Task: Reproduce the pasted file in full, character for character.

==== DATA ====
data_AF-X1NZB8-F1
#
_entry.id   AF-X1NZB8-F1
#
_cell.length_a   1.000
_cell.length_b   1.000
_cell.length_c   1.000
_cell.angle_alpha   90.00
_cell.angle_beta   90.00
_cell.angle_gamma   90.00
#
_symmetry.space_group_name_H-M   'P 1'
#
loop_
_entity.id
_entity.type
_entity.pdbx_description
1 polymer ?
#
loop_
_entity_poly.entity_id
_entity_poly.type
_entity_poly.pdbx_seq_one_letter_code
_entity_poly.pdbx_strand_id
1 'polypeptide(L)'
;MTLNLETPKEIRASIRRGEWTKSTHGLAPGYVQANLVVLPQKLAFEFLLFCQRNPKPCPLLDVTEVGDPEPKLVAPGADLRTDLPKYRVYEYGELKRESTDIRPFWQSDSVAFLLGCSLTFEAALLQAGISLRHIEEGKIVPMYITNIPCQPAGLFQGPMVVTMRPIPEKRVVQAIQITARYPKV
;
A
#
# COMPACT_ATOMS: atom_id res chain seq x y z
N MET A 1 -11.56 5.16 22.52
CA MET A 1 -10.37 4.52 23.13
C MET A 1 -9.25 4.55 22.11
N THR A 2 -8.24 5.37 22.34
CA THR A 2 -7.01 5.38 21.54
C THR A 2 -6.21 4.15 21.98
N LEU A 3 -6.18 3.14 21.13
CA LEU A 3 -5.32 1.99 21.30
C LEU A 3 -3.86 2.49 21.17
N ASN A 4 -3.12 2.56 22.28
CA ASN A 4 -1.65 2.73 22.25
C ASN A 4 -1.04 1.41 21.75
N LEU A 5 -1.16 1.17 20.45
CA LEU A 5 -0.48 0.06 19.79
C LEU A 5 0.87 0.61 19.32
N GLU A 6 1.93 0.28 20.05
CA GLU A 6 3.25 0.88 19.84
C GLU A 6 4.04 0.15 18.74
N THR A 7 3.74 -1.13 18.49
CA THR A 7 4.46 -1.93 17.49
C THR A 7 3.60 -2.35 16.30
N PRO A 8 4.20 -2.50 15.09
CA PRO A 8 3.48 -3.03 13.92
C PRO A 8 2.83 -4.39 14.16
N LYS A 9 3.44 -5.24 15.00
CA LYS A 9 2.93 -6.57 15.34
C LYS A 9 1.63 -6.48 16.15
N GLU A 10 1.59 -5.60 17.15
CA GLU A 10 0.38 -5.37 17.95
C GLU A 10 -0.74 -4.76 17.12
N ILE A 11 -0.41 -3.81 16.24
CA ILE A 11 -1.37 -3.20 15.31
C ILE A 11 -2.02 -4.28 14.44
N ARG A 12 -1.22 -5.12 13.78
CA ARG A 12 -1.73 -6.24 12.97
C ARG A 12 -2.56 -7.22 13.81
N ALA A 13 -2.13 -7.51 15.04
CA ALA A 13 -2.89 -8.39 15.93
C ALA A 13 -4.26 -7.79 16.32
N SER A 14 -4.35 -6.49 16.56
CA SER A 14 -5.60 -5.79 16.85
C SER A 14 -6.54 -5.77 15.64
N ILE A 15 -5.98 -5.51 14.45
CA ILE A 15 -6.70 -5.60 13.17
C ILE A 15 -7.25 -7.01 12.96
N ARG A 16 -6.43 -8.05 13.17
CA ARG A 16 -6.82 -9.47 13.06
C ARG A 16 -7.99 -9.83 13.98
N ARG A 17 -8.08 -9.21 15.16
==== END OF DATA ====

data_AF-X1NZB8-F1
#
_entry.id   AF-X1NZB8-F1
#
_cell.length_a   1.000
_cell.length_b   1.000
_cell.length_c   1.000
_cell.angle_alpha   90.00
_cell.angle_beta   90.00
_cell.angle_gamma   90.00
#
_symmetry.space_group_name_H-M   'P 1'
#
loop_
_entity.id
_entity.type
_entity.pdbx_description
1 polymer ?
#
loop_
_entity_poly.entity_id
_entity_poly.type
_entity_poly.pdbx_seq_one_letter_code
_entity_poly.pdbx_strand_id
1 'polypeptide(L)'
;MTLNLETPKEIRASIRRGEWTKSTHGLAPGYVQANLVVLPQKLAFEFLLFCQRNPKPCPLLDVTEVGDPEPKLVAPGADLRTDLPKYRVYEYGELKRESTDIRPFWQSDSVAFLLGCSLTFEAALLQAGISLRHIEEGKIVPMYITNIPCQPAGLFQGPMVVTMRPIPEKRVVQAIQITARYPKV
;
A
#
# COMPACT_ATOMS: atom_id res chain seq x y z
N MET A 1 -11.56 5.16 22.52
CA MET A 1 -10.37 4.52 23.13
C MET A 1 -9.25 4.55 22.11
N THR A 2 -8.24 5.37 22.34
CA THR A 2 -7.01 5.38 21.54
C THR A 2 -6.21 4.15 21.98
N LEU A 3 -6.18 3.14 21.13
CA LEU A 3 -5.32 1.99 21.30
C LEU A 3 -3.86 2.49 21.17
N ASN A 4 -3.12 2.56 22.28
CA ASN A 4 -1.65 2.73 22.25
C ASN A 4 -1.04 1.41 21.75
N LEU A 5 -1.16 1.17 20.45
CA LEU A 5 -0.48 0.06 19.79
C LEU A 5 0.87 0.61 19.32
N GLU A 6 1.93 0.28 20.05
CA GLU A 6 3.25 0.88 19.84
C GLU A 6 4.04 0.15 18.74
N THR A 7 3.74 -1.13 18.49
CA THR A 7 4.46 -1.93 17.49
C THR A 7 3.60 -2.35 16.30
N PRO A 8 4.20 -2.50 15.09
CA PRO A 8 3.48 -3.03 13.92
C PRO A 8 2.83 -4.39 14.16
N LYS A 9 3.44 -5.24 15.00
CA LYS A 9 2.93 -6.57 15.34
C LYS A 9 1.63 -6.48 16.15
N GLU A 10 1.59 -5.60 17.15
CA GLU A 10 0.38 -5.37 17.95
C GLU A 10 -0.74 -4.76 17.12
N ILE A 11 -0.41 -3.81 16.24
CA ILE A 11 -1.37 -3.20 15.31
C ILE A 11 -2.02 -4.28 14.44
N ARG A 12 -1.22 -5.12 13.78
CA ARG A 12 -1.73 -6.24 12.97
C ARG A 12 -2.56 -7.22 13.81
N ALA A 13 -2.13 -7.51 15.04
CA ALA A 13 -2.89 -8.39 15.93
C ALA A 13 -4.26 -7.79 16.32
N SER A 14 -4.35 -6.49 16.56
CA SER A 14 -5.60 -5.79 16.85
C SER A 14 -6.54 -5.77 15.64
N ILE A 15 -5.98 -5.51 14.45
CA ILE A 15 -6.70 -5.60 13.17
C ILE A 15 -7.25 -7.01 12.96
N ARG A 16 -6.43 -8.05 13.17
CA ARG A 16 -6.82 -9.47 13.06
C ARG A 16 -7.99 -9.83 13.98
N ARG A 17 -8.08 -9.21 15.16